DescriptionResonance is an adventure game in a contemporary setting. It opens up with scenes of simultaneous attacks in large cities all over the world and then rewinds to 60 hours earlier to start the game. It focuses on the lives of four characters that eventually converge into a single story. Tolstoy Eddings is a mathematician at the Juno Laboratory where he works on a revolutionary theory with doctor Morales. Anna Castellanos is Morales' niece, but Eddings is unaware of that and regularly meets Anna in the metro on the way to work. The player also gets to see Anna as a little child as she is often haunted by dreams of being chased. Raymond Abbot is an investigative journalist who knows how to hack computers and uses unorthodox methods to gain information. He infiltrates the Aventine Hospital to chase a story about a mysterious mainframe. The final character is police detective Winson Bennet who is staking out a suspect with his partner. The initial reports of the attacks cause the characters to come together early in the game.
In the first chapter any of the four character's stories can be chosen to complete in any order. Later on, when they come together, their cooperation opens up new abilities to solve puzzles. The game uses classic 2D point-and-click adventure gameplay with conversations, an inventory, item combinations, environment-based puzzles and more complex problems that require subtle hints picked up elsewhere. When different characters are together the player can switch between them to use specific abilities. Bennet is for instance a lot stronger than Eddings, and Abbot is a smooth talker who knows how to fiddle with a computer. Players often have to switch between them to solve puzzles and inventory items can be passed around. The game is controlled through a single cursor that shows an icon when an item can be interacted with. Left clicking triggers an action while right clicking is used to examine. Conversations appear in text but characters are also fully voiced. Item combinations are done through a dragging technique.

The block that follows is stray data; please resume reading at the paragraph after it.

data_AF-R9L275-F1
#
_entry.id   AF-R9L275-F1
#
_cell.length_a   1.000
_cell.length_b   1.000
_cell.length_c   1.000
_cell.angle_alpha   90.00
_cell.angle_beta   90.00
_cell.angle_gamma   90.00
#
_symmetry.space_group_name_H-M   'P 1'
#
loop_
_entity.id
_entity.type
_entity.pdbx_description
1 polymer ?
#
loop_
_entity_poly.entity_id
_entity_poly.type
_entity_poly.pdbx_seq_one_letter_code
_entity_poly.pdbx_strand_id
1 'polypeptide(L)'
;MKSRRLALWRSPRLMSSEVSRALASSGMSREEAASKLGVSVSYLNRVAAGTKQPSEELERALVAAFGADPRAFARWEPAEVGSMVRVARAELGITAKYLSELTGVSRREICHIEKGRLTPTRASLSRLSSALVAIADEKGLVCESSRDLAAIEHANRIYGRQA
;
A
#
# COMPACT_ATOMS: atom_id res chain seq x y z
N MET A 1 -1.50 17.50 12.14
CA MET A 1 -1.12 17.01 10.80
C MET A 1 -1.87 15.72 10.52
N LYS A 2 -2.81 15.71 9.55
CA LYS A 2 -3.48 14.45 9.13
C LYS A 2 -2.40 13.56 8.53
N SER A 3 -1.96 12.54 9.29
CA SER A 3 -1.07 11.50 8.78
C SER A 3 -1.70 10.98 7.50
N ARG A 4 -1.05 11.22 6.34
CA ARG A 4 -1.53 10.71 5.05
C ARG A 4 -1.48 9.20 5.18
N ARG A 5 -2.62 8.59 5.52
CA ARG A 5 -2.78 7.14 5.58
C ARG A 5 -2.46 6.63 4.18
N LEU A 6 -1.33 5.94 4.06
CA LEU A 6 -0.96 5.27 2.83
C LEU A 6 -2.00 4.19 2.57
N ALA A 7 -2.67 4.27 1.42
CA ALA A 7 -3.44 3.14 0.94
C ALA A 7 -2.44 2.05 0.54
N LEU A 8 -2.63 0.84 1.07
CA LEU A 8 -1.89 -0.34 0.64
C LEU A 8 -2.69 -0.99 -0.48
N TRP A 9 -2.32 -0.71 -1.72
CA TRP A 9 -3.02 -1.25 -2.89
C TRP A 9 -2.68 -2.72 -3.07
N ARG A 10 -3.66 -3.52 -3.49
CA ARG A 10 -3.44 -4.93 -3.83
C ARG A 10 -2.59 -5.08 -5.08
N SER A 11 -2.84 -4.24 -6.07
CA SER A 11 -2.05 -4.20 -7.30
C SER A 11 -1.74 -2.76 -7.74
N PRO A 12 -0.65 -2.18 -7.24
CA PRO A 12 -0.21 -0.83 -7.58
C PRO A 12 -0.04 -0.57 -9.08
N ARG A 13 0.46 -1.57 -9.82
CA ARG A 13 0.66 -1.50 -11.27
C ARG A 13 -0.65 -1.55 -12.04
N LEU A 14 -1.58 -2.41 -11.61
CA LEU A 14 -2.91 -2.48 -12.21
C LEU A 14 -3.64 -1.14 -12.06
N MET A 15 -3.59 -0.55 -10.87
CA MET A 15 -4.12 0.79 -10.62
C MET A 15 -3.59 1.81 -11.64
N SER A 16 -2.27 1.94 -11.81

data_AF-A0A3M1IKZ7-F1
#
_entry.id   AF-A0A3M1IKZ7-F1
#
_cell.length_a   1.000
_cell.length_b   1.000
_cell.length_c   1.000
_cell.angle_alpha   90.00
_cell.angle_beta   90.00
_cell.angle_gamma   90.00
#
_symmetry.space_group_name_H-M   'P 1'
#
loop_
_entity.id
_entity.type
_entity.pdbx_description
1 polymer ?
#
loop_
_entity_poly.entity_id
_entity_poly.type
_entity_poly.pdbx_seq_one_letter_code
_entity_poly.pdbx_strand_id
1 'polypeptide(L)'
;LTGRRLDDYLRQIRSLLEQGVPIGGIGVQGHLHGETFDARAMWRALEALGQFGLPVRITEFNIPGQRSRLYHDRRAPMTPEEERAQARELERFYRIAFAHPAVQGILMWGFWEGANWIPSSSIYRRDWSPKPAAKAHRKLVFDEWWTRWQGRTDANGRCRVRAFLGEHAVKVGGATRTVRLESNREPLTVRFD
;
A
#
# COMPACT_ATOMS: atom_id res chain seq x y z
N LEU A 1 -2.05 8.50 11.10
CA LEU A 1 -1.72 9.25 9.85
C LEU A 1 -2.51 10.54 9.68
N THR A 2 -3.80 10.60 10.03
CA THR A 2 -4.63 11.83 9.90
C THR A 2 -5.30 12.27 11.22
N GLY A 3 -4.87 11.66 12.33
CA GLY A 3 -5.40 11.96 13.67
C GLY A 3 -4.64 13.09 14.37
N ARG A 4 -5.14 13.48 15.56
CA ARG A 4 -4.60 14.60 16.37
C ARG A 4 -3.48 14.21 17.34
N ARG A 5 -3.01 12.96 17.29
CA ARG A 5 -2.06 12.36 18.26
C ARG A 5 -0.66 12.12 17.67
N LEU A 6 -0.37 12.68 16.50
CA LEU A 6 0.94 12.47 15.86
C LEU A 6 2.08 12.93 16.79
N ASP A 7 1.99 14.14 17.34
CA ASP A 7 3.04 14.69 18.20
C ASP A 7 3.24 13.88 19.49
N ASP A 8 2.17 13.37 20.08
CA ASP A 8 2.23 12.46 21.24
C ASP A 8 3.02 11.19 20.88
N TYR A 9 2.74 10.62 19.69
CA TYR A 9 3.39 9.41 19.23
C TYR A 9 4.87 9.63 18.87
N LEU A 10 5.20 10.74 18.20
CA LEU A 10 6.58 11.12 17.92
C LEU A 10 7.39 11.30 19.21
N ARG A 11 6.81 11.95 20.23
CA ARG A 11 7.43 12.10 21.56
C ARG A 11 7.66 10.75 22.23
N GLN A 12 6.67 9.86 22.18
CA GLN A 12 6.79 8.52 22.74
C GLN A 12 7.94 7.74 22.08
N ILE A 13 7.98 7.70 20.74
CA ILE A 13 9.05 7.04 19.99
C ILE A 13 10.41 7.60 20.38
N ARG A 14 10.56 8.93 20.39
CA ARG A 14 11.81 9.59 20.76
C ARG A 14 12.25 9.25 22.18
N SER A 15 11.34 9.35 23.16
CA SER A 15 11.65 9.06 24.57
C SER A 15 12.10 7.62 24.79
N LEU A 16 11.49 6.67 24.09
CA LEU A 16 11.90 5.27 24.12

Another important gameplay element is the use of short-term and long-term memory, available as two separate tabs near the top of the screen. Long-term memory includes a number of personal memories or stories of a larger scope. They can be dragged into a dialog drop box as a new topic for a conversation with any character. Short-term memories can be altered by the player. For instance, when a door is locked and another character needs to be inquired about it and there is no dialog option, the player can drag the door into a slot in the short-term memory tab. Next, when a conversation is initiated, it can be dragged into the dialog drop box to trigger a reaction. This can be done with any item or any part of the environment and is often needed to solve puzzles. Certain situations are time-based and characters can die, but when that happens the events are rewound automatically to get another chance. The game includes a number of in-game achievements.
Part of the Following Groups
- Crowd funding (successful)
- Game Engine: Adventure Game Studio (AGS)
- Game Feature: Developer Commentary
There are no reviews for this game.
|Canadian Online Gamers Network||Jul 02, 2012||90 out of 100||90|
|Splitkick||Jul 06, 2012||9 out of 10||90|
|Adventure Gamers||Jun 20, 2012||90|
|Game Over Online||Jun 25, 2012||85 out of 100||85|
|Adventure-Treff||Jun 24, 2012||82 out of 100||82|
|Game Informer Magazine||Jul 06, 2012||8 out of 10||80|
|Darkstation||Jul 30, 2012||80|
|Gameblog.fr||Jun 19, 2012||80|
|Gamer.nl||Jun 20, 2012||7 out of 10||70|
|videogamer.com||Jun 22, 2012||6 out of 10||60|
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